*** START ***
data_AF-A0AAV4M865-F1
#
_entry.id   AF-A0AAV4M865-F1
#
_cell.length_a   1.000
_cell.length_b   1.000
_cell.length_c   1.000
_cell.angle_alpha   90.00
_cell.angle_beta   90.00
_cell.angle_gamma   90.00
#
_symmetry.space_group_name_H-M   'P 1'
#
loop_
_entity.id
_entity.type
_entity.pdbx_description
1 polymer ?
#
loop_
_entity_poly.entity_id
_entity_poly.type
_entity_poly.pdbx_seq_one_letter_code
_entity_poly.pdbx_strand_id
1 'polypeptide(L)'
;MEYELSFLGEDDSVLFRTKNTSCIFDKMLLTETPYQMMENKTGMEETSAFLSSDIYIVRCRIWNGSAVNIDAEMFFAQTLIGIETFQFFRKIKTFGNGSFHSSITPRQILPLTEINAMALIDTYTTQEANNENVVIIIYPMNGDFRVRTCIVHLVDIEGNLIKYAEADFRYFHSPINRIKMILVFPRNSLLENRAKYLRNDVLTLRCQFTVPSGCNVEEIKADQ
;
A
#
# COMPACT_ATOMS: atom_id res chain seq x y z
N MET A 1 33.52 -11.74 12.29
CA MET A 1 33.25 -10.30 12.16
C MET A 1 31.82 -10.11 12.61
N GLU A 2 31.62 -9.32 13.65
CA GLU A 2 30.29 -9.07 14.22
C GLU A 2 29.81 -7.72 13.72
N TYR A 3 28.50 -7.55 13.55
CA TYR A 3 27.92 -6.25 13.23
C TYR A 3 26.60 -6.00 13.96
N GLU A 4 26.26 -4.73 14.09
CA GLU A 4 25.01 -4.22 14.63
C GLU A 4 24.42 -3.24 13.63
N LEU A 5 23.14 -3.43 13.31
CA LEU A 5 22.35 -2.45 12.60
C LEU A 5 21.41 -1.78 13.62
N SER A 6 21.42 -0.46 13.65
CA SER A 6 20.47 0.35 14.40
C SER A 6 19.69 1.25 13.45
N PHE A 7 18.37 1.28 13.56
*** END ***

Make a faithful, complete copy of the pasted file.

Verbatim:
data_AF-A0AAV4M865-F1
#
_entry.id   AF-A0AAV4M865-F1
#
_cell.length_a   1.000
_cell.length_b   1.000
_cell.length_c   1.000
_cell.angle_alpha   90.00
_cell.angle_beta   90.00
_cell.angle_gamma   90.00
#
_symmetry.space_group_name_H-M   'P 1'
#
loop_
_entity.id
_entity.type
_entity.pdbx_description
1 polymer ?
#
loop_
_entity_poly.entity_id
_entity_poly.type
_entity_poly.pdbx_seq_one_letter_code
_entity_poly.pdbx_strand_id
1 'polypeptide(L)'
;MEYELSFLGEDDSVLFRTKNTSCIFDKMLLTETPYQMMENKTGMEETSAFLSSDIYIVRCRIWNGSAVNIDAEMFFAQTLIGIETFQFFRKIKTFGNGSFHSSITPRQILPLTEINAMALIDTYTTQEANNENVVIIIYPMNGDFRVRTCIVHLVDIEGNLIKYAEADFRYFHSPINRIKMILVFPRNSLLENRAKYLRNDVLTLRCQFTVPSGCNVEEIKADQ
;
A
#
# COMPACT_ATOMS: atom_id res chain seq x y z
N MET A 1 33.52 -11.74 12.29
CA MET A 1 33.25 -10.30 12.16
C MET A 1 31.82 -10.11 12.61
N GLU A 2 31.62 -9.32 13.65
CA GLU A 2 30.29 -9.07 14.22
C GLU A 2 29.81 -7.72 13.72
N TYR A 3 28.50 -7.55 13.55
CA TYR A 3 27.92 -6.25 13.23
C TYR A 3 26.60 -6.00 13.96
N GLU A 4 26.26 -4.73 14.09
CA GLU A 4 25.01 -4.22 14.63
C GLU A 4 24.42 -3.24 13.63
N LEU A 5 23.14 -3.43 13.31
CA LEU A 5 22.35 -2.45 12.60
C LEU A 5 21.41 -1.78 13.62
N SER A 6 21.42 -0.46 13.65
CA SER A 6 20.47 0.35 14.40
C SER A 6 19.69 1.25 13.45
N PHE A 7 18.37 1.28 13.56